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FDA Sets Limit For Arsenic In Apple Juice

by Britt E. Erickson
July 22, 2013 | A version of this story appeared in Volume 91, Issue 29

Credit: Shutterstock
The amount of inorganic arsenic in apple juice will now be regulated by FDA.
This is a photo of a glass of apple juice with apples around it.
Credit: Shutterstock
The amount of inorganic arsenic in apple juice will now be regulated by FDA.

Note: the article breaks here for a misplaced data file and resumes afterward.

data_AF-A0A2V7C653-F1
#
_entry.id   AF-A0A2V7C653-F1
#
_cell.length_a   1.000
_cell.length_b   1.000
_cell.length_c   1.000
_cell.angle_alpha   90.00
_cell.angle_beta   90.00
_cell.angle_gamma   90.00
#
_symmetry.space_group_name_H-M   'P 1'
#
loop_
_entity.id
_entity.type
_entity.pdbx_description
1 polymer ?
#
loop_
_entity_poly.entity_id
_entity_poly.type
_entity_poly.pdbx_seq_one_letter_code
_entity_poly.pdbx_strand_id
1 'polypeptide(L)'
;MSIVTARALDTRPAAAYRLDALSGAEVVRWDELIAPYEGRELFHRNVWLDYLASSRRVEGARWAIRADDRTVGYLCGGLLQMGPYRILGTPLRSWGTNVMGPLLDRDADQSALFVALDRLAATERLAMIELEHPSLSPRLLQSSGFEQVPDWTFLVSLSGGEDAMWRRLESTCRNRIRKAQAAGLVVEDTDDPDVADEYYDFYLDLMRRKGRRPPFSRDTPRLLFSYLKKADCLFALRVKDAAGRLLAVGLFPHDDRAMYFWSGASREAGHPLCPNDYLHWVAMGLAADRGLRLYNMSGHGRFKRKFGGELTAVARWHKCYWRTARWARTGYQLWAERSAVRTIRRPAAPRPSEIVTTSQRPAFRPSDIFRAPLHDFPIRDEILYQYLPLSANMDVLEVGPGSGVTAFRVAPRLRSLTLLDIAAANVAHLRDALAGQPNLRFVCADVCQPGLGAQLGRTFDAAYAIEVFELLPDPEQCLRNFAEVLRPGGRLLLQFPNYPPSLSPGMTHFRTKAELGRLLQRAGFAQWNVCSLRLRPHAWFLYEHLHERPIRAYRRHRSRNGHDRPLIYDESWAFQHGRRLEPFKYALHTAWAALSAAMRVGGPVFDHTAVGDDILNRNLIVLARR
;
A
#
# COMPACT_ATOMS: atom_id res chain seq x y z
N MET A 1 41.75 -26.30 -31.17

FDA has proposed a threshold of 10 ppb for inorganic arsenic, the carcinogenic form of the element, in apple juice. This is the same level set by EPA for arsenic in drinking water. FDA determined the action level after working with EPA, NIH, and the Centers for Disease Control & Prevention to assess the potential risks from long-term exposure to arsenic. “The levels of inorganic arsenic in apple juice are too low to cause immediate or short-term health damage,” says Michael R. Taylor, FDA’s deputy commissioner for foods and veterinary medicine. FDA has been monitoring arsenic in apple juice for two decades but has not taken action until now. Last year, the agency reported arsenic levels in 94 samples of apple juice. Ninety-five percent of the samples had total arsenic levels below 10 ppb, and 100% of the samples had inorganic arsenic levels below 10 ppb. FDA’s move to set a limit comes two years after test results released by the television program “The Dr. Oz Show” and Consumer Reports magazine raised the public’s concerns about arsenic in juice. FDA was unable to reproduce those test results. The agency says it established the limit to provide guidance for industry.


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